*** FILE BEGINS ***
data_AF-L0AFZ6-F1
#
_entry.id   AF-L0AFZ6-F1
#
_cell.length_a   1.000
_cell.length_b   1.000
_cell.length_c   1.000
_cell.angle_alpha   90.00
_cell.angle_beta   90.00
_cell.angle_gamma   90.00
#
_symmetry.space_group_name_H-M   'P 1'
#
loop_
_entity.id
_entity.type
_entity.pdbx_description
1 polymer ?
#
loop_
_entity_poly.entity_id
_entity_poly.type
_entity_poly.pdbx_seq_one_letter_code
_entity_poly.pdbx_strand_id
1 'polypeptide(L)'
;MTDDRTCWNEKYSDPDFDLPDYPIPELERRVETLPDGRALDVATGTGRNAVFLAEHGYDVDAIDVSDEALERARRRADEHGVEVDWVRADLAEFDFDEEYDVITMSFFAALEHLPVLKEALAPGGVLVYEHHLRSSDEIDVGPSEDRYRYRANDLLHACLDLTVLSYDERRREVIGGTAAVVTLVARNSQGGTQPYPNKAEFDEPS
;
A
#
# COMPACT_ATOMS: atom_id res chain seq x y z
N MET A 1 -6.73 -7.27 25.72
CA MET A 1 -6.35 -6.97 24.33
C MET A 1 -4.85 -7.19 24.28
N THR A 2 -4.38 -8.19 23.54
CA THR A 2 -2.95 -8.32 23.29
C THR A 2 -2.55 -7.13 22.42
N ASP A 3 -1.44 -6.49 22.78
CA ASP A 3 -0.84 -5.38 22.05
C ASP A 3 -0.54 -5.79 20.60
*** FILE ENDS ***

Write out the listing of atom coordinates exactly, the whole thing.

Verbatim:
data_AF-L0AFZ6-F1
#
_entry.id   AF-L0AFZ6-F1
#
_cell.length_a   1.000
_cell.length_b   1.000
_cell.length_c   1.000
_cell.angle_alpha   90.00
_cell.angle_beta   90.00
_cell.angle_gamma   90.00
#
_symmetry.space_group_name_H-M   'P 1'
#
loop_
_entity.id
_entity.type
_entity.pdbx_description
1 polymer ?
#
loop_
_entity_poly.entity_id
_entity_poly.type
_entity_poly.pdbx_seq_one_letter_code
_entity_poly.pdbx_strand_id
1 'polypeptide(L)'
;MTDDRTCWNEKYSDPDFDLPDYPIPELERRVETLPDGRALDVATGTGRNAVFLAEHGYDVDAIDVSDEALERARRRADEHGVEVDWVRADLAEFDFDEEYDVITMSFFAALEHLPVLKEALAPGGVLVYEHHLRSSDEIDVGPSEDRYRYRANDLLHACLDLTVLSYDERRREVIGGTAAVVTLVARNSQGGTQPYPNKAEFDEPS
;
A
#
# COMPACT_ATOMS: atom_id res chain seq x y z
N MET A 1 -6.73 -7.27 25.72
CA MET A 1 -6.35 -6.97 24.33
C MET A 1 -4.85 -7.19 24.28
N THR A 2 -4.38 -8.19 23.54
CA THR A 2 -2.95 -8.32 23.29
C THR A 2 -2.55 -7.13 22.42
N ASP A 3 -1.44 -6.49 22.78
CA ASP A 3 -0.84 -5.38 22.05
C ASP A 3 -0.54 -5.79 20.60